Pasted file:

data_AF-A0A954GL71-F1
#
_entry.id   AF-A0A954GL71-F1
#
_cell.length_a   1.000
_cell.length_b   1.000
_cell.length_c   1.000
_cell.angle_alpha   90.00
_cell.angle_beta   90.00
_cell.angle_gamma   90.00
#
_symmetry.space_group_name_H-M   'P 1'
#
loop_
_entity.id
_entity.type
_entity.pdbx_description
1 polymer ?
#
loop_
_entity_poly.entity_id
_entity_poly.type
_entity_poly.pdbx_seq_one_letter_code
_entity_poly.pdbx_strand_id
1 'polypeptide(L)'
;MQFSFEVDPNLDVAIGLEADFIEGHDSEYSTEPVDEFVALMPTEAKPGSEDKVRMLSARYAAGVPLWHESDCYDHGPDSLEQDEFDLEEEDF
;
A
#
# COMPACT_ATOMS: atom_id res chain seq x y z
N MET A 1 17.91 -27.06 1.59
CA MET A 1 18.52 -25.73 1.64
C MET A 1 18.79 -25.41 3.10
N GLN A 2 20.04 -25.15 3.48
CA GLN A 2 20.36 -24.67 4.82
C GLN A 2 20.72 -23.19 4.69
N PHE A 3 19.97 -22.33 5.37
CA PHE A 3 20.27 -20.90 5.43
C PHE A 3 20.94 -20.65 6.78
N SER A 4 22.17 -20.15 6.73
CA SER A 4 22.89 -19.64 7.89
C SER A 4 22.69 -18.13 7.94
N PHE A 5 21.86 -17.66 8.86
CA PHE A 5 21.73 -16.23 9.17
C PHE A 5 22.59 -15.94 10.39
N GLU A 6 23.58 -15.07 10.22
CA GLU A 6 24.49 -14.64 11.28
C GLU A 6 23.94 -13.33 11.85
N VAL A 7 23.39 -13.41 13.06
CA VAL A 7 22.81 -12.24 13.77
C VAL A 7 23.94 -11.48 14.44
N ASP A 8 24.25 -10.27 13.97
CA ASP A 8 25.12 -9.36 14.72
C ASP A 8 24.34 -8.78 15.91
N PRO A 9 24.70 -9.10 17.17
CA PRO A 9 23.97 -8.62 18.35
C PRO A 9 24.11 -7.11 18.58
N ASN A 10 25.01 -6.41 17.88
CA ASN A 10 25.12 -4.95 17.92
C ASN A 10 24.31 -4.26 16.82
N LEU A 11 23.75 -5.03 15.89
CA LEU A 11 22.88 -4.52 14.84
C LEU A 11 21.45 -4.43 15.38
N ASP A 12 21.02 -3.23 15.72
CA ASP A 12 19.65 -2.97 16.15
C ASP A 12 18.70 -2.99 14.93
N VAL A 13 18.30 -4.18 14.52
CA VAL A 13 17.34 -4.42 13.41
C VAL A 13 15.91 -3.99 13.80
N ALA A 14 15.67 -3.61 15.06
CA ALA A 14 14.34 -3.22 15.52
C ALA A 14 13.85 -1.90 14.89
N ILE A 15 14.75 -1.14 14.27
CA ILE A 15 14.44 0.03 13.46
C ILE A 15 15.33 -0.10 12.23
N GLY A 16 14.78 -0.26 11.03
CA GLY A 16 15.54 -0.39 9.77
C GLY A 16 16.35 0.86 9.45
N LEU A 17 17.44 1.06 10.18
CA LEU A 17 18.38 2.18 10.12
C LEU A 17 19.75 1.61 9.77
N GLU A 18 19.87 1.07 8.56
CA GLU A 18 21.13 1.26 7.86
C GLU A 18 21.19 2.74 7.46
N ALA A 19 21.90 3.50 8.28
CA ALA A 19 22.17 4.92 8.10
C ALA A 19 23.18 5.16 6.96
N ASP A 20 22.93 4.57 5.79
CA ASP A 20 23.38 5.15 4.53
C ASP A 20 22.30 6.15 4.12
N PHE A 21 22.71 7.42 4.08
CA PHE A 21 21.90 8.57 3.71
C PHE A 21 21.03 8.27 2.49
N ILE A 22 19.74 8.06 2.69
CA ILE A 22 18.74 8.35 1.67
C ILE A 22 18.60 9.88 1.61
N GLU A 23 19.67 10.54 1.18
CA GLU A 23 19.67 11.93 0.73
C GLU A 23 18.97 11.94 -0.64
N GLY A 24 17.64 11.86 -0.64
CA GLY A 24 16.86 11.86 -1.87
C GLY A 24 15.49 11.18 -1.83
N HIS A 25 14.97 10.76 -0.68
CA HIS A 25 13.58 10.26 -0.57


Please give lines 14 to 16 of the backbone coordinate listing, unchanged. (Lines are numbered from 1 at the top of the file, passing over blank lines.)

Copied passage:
loop_
_entity.id
_entity.type